A fresh fruit sorbet is the perfect way to enjoy Mother
Nature’s bounty on a steamy summer day. It’s a great ending to a light
meal, or an anytime, anywhere snack. This recipe from Richard Grausman’s new
Fruit (see variations below)
Sugar syrup (boil 1 cup water with 2 cups sugar in a
saucepan until sugar is dissolved)
1. Puree the fruit using a food processor or blender.
2. Strain if necessary to remove large seeds or fibrous
content (for example, when using raspberries, pineapple or citrus fruits).
3. Sweeten to taste with heavy sugar syrup. If you add too
much sugar, you can adjust the sweetness with some lemon juice. Keep in mind
that the puree will taste a little less sweet when frozen.
4. Freeze following the directions on your ice-cream
machine. If you don’t have an ice-cream machine, follow these steps: First,
place the puree in a bowl in the freezer until frozen. It should be icy and
crunchy. Pour into a food processor and process until smooth. Pour it back into
the bowl and freeze for another two to three hours. When it’s frozen, it’s
ready to serve!
5. Store in covered plastic containers for up to a month.
For 1 quart of sorbet, use 2 pints fresh raspberries or 2
10-oz packages of unsweetened frozen raspberries.
For 1 quart of sorbet, use 2 pints of fresh blueberries or 2
10- to 12-oz packages of unsweetened frozen blueberries.
You’ll want to use 2 pints of dark red, fresh strawberries
or 2 10-oz packages of unsweetened frozen strawberries for 1 quart of sorbet.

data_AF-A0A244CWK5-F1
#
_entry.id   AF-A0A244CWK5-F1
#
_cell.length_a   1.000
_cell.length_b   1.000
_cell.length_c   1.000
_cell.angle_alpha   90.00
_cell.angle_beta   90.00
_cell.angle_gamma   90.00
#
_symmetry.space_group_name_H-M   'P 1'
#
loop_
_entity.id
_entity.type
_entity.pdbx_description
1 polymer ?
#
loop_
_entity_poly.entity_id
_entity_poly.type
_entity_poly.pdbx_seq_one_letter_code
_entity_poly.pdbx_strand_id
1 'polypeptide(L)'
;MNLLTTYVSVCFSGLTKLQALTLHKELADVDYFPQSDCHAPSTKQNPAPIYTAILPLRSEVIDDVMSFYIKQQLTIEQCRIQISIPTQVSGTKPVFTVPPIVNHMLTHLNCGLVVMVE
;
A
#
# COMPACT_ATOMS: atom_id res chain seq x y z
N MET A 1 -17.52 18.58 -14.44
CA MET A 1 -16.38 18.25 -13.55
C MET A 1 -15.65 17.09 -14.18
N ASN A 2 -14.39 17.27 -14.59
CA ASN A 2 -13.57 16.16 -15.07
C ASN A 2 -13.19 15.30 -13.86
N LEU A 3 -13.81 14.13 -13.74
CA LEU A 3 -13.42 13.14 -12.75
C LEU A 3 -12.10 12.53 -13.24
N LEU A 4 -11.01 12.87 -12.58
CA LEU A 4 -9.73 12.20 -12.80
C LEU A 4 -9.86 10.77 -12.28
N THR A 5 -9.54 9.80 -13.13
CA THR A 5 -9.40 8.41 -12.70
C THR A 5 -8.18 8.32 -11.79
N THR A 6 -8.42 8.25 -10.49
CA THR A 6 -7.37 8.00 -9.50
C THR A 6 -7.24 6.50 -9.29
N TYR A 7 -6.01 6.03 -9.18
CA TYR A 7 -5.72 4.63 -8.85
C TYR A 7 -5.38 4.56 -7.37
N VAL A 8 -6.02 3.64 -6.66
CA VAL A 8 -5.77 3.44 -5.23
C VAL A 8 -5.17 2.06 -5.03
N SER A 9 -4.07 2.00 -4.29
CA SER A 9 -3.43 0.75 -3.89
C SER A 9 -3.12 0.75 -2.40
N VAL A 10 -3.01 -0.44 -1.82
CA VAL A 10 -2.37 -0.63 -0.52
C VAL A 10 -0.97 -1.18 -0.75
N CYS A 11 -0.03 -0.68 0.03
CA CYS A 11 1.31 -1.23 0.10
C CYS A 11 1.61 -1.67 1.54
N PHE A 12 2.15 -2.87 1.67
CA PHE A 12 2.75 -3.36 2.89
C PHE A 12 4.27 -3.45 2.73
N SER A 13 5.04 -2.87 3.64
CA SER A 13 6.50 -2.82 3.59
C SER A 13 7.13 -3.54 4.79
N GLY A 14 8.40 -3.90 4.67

For 1 quart of sorbet, choose a medium-sized pineapple with
a sweet, ripe smell to it. Peel, core and cube before pureeing.
Use ripe, juicy Comice pears when in season. Purée with a
little lemon juice and sugar syrup to retard discoloration. For about 1 quart,
use 4 pears.
Lemon or Lime Sorbet
Strain the pulp and dilute the juice with an equal amount of
water before sweetening. You can increase the flavor of all citrus sorbets by
adding the grated zest of the fruit; you can leave the zest in or strain just
before freezing. For about 1 quart, use 4 cups of diluted and sweetened juice.
This sorbet is extremely easy to make with freshly squeezed
grapefruit juice, which is available at most supermarkets. If you squeeze your
own grapefruits for this, you can add the grated zest for a more pronounced
flavor; leave the zest in or strain just before freezing. For about 1 quart,
use 4 cups of sweetened juice.
Melon sorbet is good only when melons are truly at their
perfection, otherwise it is not worth making. For about 1 quart, use 1
cantaloupe (or similar quantity of another melon).
When ripe and full of flavor, mangoes make a marvelous
sorbet. This purée requires very little sugar, and its flavor is improved with
a touch of lime juice. For about 1 quart, use
4 ripe mangoes.
Tropical Fruit Sorbet
For about 1 quart, use 3 bananas and 3 cups orange juice.
Add sugar syrup, if needed, or adjust sweetness with either lemon or lime
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BY RICHARD GRAUSMAN ON 7/19/2011 11:13:00 AM
POSTED IN sweet treats, healthy recipes, summer recipes, gluten-free recipes, vegan recipes, vegetarian recipes, easy party food, summer sips